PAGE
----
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Bombay HC ban on foreign law firms practice in India 
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Bombay HC upholds ban on foreign law firms from all forms of law practice

International firms Ashurst, Chadbourne & Parke and White & Case have lost the long-running case against the Lawyers' Collective, with the Bombay High Court having decided today that the practice of all law by foreign firms in India is illegal.

The judgement and reasoning of the court has not yet been published but lawyers for both sides have confirmed the decision.

FoxMandal Little Mumbai litigation partner Guruprasad Pal, who represented White & Case in the matter, said: We do not have the copy of the judgement but the court pronounced that the petition has been allowed.

It's a victory for the Lawyers' Collective, he added.

Senior advocate CU Singh, who appeared on behalf of the Lawyers' Collective also confirmed the judgement.

He was arguing in the Supreme Court of India in Delhi today and was not present at the judgment but he was lead counsel on the case throughout and suggested several reasons for the court's decision.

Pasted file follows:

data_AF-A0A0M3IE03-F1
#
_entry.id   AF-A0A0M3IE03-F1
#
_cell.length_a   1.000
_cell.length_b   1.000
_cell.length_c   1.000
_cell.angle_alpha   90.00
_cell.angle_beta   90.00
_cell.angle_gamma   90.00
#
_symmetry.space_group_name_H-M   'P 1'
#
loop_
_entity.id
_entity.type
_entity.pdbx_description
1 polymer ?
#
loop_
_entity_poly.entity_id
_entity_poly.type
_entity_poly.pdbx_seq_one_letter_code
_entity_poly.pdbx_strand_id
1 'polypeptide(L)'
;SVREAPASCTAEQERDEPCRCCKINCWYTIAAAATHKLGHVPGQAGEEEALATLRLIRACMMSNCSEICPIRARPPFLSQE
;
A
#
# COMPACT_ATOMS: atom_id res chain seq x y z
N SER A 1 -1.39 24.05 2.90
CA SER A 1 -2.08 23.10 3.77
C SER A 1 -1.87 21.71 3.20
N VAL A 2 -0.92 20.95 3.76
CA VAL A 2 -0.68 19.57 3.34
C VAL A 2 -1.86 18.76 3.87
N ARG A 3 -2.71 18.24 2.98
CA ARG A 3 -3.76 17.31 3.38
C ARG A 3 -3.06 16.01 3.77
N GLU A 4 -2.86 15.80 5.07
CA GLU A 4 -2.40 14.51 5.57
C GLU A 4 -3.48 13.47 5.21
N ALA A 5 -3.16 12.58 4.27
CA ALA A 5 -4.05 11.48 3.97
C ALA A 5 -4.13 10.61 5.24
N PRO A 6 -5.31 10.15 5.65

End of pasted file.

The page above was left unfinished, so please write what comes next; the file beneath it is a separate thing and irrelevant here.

Apparently they've allowed the petition, said Singh, so they've held that the permissions which have been granted by Reserve Bank of India to run liaison offices [by foreign firms] were illegal and those permissions have been quashed.

They also held that the practice of law under the Advocates Act in India encompasses all forms of practice, not just litigation practice in court but also corporate practice, advisory practice, M&A and the whole works, he added.

One of the main arguments of foreign law firms was that the Advocates Act covers only litigation practice in court but not advisory work pertaining to foreign law in India, explained Singh.

The case against the foreign firms has been running since 1995, after Ashurst, Chadbourne & Parke and White & Case opened up liaison office in India but were accused by contravening the Advocates Act by practising law in India.

The Bombay High Court's ruling quashes the optimism some legal observers felt in May, when India's voters reelected Prime Minister Manmohan Singh, a proponent of liberalizing the country's economy. Foreign law firms have been banned in India since a 1995 high court ruling that closed the brief window during which the three firms named above opened their liaison offices.

Tue Dec 29, 2009 2:14 pm
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